Nurse Betty Lawson went on to sail the Wanganella bringing home wounded soldiers during WWII. She also worked in Repatriation Hospitals and attained Captain rank. After the war she held many senior nursing positions including 22 years at the Royal Melbourne. She received the Florence Nightingale Medal in 1967 and an MBE from the Queen in 1978.

You can now order Betty Lawson’s diary and view it in the North Melbourne reading room. You can find more information about Betty in the Royal Women's Hospital Biographical Compendium.

Reports of the Royal Melbourne Hospital Surgical Teams in Vietnam

The file marked “Reports from Australian surgical teams in Vietnam 1964-1970” begins with an 8-page document titled Project Long Xuyen. 

“During 1964, the Australian Government decided to increase its non-military aid to South Vietnam. The decision followed requests from the South Vietnamese Government which were supported by the United States authorities. The Government felt that one way in which a substantial contribution could be made to the welfare of the Vietnamese was through direct medical aid.”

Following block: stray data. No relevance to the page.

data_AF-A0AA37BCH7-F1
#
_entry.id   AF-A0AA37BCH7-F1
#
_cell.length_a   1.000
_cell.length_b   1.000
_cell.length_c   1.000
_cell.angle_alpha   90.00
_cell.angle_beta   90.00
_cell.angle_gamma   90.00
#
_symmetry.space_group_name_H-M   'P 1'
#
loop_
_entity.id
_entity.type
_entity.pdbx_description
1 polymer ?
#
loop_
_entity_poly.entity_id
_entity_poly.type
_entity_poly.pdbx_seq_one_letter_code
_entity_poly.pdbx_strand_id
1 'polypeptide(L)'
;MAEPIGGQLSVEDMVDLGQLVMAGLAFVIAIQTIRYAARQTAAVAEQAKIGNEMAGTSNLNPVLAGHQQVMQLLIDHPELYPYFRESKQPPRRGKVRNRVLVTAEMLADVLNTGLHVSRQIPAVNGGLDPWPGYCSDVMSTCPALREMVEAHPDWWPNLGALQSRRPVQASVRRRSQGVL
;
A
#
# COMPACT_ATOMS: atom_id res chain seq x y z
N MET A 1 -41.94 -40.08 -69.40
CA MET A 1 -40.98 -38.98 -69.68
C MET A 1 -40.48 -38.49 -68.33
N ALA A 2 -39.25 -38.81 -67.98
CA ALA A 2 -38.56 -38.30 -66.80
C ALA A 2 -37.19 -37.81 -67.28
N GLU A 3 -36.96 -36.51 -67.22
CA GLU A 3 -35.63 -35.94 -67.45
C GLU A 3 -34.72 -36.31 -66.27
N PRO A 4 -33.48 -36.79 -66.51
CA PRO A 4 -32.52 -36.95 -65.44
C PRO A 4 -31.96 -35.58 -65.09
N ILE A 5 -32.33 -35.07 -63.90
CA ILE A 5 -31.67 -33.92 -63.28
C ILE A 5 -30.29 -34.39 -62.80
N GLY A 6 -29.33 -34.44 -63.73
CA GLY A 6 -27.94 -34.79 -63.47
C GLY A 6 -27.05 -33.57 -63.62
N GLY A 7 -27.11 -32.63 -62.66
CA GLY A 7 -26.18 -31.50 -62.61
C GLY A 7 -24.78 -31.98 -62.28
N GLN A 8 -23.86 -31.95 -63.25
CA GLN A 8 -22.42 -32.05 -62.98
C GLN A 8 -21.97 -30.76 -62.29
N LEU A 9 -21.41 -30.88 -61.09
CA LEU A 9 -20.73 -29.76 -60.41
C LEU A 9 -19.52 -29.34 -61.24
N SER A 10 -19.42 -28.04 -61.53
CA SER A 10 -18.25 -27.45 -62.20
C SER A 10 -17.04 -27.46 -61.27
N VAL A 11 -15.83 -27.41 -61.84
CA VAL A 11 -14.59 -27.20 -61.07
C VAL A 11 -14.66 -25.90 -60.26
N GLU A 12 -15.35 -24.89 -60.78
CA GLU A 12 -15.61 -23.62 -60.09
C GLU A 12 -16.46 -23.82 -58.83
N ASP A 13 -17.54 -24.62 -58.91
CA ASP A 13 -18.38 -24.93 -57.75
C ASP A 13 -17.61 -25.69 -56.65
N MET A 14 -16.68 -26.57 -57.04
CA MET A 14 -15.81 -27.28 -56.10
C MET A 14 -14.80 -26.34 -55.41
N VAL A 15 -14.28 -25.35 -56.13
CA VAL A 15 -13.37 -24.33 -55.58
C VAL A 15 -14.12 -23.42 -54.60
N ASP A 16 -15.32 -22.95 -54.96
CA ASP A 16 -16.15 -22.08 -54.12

Reports of the Royal Melbourne Hospital Surgical Teams in Vietnam, 1964-1970, VPRS 19290, C1

A team was put together by October 1964 to attend a French built hospital in Long Xuyen. The first team to arrive was comprised of a team leader, second surgeon, anaesthetist, registrar, radiographer, two theatre sisters and one ward sister.

“Their first sight of the hospital impressed them. The series of buildings had an imposing front of administrative offices, pharmacy and examination rooms. Behind this was a large square where wards and other buildings were neatly spaced – and freshly painted. Inside the hospital, the impression was not so favourable.”

The document describes how the team overcame a lack of appropriate beds and language barriers. 

“The theatres were constantly busy with a wide range of operations. About 20 percent were for bodily injuries and most of them were the result of gunshot or grenade wounds.”

The team assisted with the implementation of a blood bank among other initiatives to service the growing needs of the area. They praised the existing staff. The hospital’s senior administrator and physician, Dr Thinh, was described as sparing no effort to help make the venture a success. Surgeon Dr Ban was devoted to solving the hospital’s surgical problems. Obstetrician and gynaecologist Dr Nhi saw up to 160 patients a day.